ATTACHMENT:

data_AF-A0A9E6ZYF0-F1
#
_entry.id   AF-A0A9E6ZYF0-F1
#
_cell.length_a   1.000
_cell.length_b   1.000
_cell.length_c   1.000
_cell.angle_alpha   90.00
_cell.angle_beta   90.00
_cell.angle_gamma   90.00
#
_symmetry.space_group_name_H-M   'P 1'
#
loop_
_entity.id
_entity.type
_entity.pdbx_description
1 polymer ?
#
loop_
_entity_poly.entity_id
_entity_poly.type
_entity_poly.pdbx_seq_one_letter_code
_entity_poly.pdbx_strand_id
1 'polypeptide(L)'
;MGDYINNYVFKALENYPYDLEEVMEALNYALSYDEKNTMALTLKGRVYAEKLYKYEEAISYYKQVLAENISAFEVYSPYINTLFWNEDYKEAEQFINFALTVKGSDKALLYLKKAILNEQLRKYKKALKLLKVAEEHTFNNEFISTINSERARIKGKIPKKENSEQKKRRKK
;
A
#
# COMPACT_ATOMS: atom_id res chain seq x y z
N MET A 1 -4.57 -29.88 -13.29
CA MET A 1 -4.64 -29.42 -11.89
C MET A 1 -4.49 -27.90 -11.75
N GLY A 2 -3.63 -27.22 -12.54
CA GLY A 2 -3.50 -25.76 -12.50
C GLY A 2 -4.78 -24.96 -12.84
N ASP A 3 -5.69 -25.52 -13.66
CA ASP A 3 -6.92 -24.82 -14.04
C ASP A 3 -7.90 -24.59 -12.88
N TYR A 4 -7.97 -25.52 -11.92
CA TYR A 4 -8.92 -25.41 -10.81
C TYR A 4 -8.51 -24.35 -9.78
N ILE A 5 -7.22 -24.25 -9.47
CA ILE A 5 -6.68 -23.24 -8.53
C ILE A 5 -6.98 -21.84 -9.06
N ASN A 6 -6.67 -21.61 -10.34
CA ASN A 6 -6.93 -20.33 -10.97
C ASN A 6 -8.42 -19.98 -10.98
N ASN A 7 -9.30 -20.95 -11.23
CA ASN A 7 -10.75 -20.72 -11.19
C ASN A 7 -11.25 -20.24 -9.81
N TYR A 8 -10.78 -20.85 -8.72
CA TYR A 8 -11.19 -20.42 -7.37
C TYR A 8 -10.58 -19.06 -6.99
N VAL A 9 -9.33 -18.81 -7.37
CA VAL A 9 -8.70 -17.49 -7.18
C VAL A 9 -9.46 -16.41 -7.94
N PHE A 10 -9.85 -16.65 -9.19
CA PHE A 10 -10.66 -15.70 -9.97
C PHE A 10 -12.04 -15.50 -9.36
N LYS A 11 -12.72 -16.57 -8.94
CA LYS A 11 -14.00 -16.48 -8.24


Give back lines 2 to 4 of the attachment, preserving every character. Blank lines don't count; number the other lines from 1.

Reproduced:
#
_entry.id   AF-A0A9E6ZYF0-F1
#